Cumbria shootings: Police saw killer on rampage

Deputy Chief Constable Stuart Hyde: Bird "pointed a gun directly at the unarmed officers"

Three police officers tried to chase Derrick Bird during his shooting rampage in Cumbria but could not stop him, it has emerged.

An unarmed officer based at a Whitehaven police station heard shots at 1033 BST on Wednesday.

He got into a passing car and followed Bird, who was in his own taxi, as he shot another driver. Two other unarmed officers followed in a police van.

Bird killed 12 people on the rampage in west Cumbria before shooting himself.

He also wounded 11 others as he drove for 45 miles through the Cumbrian countryside.

Paul Goodwin had seen the shooting at the taxi rank and decided to follow in his car.

He said: "Just as we got to the corner there were policemen coming down from the police station and I saw the local town bobby so pulled over and shouted 'get in the car - it's him in the taxi'.

"We got to the traffic lights, and we're probably about 10 or 15 yards behind and there's a man walking round the corner.

"I saw him jolt back and put his hands on his face and there was blood there.

"I said, 'it's Paul, it's another taxi driver'."

Deputy Chief Constable Stuart Hyde said that "at no point" did officers "have the opportunity to end the killings sooner".

He added that the first officer went to the assistance of the injured man, who had been in another taxi, and his female passenger, who had also been shot.

'Exceptional circumstances'

A police transit van, with two unarmed officers, then joined the pursuit and continued to follow Bird.

Bird appeared to pull into a driveway, turned and pointed the gun directly at the officers, before driving off at high speed.

The officers attempted to follow but were unable to locate him.

Cumbria Police said in a statement: "They were forced to protect themselves after it became clear they could not reverse due to the traffic that had built up behind them.

Derrick Bird

Bird was found dead in woodland after turning a gun on himself

"Despite having just witnessed a shooting and having a gun pointed at them, the officers attempted to follow him and despite asking passers-by where he had driven, were unable to locate him again.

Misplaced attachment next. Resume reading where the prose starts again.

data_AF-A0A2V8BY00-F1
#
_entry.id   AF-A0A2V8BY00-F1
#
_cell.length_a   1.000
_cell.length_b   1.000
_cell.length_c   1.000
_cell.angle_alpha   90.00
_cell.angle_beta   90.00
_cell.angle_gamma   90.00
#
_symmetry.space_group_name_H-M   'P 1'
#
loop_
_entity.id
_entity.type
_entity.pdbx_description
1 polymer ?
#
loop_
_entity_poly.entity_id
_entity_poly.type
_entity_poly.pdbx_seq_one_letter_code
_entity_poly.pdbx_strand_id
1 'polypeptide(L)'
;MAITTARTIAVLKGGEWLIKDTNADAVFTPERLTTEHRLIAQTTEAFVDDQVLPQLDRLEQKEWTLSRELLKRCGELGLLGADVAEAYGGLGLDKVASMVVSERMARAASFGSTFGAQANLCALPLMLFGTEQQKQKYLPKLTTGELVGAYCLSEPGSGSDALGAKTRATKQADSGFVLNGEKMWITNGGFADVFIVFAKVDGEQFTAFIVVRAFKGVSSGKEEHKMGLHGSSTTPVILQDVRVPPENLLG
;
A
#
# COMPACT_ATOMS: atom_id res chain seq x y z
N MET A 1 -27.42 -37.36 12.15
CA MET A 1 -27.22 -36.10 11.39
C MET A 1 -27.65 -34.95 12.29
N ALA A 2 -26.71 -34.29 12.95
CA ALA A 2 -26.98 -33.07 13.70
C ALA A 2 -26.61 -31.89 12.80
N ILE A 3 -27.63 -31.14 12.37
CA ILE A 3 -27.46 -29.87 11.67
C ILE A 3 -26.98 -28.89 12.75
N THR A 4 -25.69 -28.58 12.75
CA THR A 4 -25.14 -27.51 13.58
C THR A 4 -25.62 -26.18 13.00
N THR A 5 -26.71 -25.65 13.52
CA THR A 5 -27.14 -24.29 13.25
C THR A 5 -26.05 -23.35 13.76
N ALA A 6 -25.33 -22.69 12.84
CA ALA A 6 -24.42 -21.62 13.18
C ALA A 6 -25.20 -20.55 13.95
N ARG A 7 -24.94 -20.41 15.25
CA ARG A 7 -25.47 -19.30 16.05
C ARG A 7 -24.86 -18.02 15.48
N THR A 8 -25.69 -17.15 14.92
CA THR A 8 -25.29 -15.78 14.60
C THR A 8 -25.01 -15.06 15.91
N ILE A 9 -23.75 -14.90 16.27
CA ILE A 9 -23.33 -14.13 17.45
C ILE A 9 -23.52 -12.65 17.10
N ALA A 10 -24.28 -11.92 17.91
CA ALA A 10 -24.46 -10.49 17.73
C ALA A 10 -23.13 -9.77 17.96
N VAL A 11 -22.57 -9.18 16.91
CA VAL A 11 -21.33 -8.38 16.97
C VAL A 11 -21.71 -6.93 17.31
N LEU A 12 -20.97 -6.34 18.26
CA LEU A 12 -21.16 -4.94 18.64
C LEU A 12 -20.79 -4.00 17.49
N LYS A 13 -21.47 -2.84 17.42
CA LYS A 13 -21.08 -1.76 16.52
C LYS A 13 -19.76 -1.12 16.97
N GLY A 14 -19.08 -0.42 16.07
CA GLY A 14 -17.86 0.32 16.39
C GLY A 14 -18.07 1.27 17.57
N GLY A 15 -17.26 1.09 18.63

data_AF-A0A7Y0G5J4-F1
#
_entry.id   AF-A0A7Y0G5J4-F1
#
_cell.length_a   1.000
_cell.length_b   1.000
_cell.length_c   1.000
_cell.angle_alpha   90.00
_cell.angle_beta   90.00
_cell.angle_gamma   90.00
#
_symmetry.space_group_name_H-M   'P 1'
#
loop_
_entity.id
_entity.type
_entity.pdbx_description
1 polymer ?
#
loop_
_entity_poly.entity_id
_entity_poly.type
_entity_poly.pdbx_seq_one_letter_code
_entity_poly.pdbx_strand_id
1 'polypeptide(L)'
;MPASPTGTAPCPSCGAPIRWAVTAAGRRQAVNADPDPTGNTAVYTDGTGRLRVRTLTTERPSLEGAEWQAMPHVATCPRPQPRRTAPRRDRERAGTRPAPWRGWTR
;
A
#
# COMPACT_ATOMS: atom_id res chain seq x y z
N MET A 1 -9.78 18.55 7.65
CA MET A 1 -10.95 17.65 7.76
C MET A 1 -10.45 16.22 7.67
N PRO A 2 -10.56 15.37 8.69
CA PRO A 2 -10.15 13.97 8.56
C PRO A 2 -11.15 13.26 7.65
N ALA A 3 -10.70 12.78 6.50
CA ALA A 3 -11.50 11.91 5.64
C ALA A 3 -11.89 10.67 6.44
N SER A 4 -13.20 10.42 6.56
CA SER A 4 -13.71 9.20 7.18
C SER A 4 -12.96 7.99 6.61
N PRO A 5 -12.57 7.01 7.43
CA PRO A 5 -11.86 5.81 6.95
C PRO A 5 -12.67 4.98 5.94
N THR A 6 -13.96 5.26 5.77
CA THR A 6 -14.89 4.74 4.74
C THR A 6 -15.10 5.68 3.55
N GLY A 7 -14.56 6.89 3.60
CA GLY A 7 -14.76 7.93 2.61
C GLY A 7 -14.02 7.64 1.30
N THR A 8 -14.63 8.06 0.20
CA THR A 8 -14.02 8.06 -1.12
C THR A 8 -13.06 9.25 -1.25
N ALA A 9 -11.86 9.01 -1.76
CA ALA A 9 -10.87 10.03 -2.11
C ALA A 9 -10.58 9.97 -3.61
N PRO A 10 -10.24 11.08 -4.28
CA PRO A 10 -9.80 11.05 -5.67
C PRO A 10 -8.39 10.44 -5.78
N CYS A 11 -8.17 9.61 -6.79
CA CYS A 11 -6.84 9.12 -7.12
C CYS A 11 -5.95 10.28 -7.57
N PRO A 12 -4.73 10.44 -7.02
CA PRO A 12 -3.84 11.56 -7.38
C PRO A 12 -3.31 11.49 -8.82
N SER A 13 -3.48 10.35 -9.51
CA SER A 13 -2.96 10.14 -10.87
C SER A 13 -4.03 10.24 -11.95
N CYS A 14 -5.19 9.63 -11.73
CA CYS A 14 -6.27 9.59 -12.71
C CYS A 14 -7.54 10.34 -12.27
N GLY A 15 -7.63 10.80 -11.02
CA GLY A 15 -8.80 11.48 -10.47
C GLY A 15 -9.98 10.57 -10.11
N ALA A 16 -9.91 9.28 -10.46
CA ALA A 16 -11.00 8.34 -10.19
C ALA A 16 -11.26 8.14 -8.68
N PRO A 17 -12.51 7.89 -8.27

"These officers were at the time unarmed and in a vehicle not suitable for a high-speed pursuit."

Having already killed his twin brother, the family solicitor and a colleague, Bird went on to kill nine other people before his body was found in remote woodland.

Mr Hyde said: "Our officers are expected to deal with difficult and challenging situations.

"This incident was unprecedented and exceptional circumstances were fast-moving and highly dangerous.

"Had any officer or member of staff had the clear opportunity to stop Bird, I am confident they would have taken it.

"Those officers were putting themselves in imminent danger, they could see the man was armed and he had just shot someone in front of them."

Inquests into the victims' deaths were opened and adjourned in Whitehaven earlier.

David Roberts, the North and West Cumbria coroner, said initial post-mortem examinations revealed that all Bird's victims died from "wounds from firearm".

An inquest into Derrick Bird's death, in woodland at Penny Hill Farm, in Boot, was also opened and adjourned.

Deputy Chief Constable Hyde commended officers for getting to the scene "within minutes, possibly seconds" of the initial call, adding it was a "pretty fast response in anybody's book".

"These are ordinary neighbourhood officers who did everything they could to get to the scene," he said.

"Armed officers were en route."

He said 42 armed officers from across the county were ordered to go to the scene within minutes of the first call.

The route taken by Bird and the police who followed him

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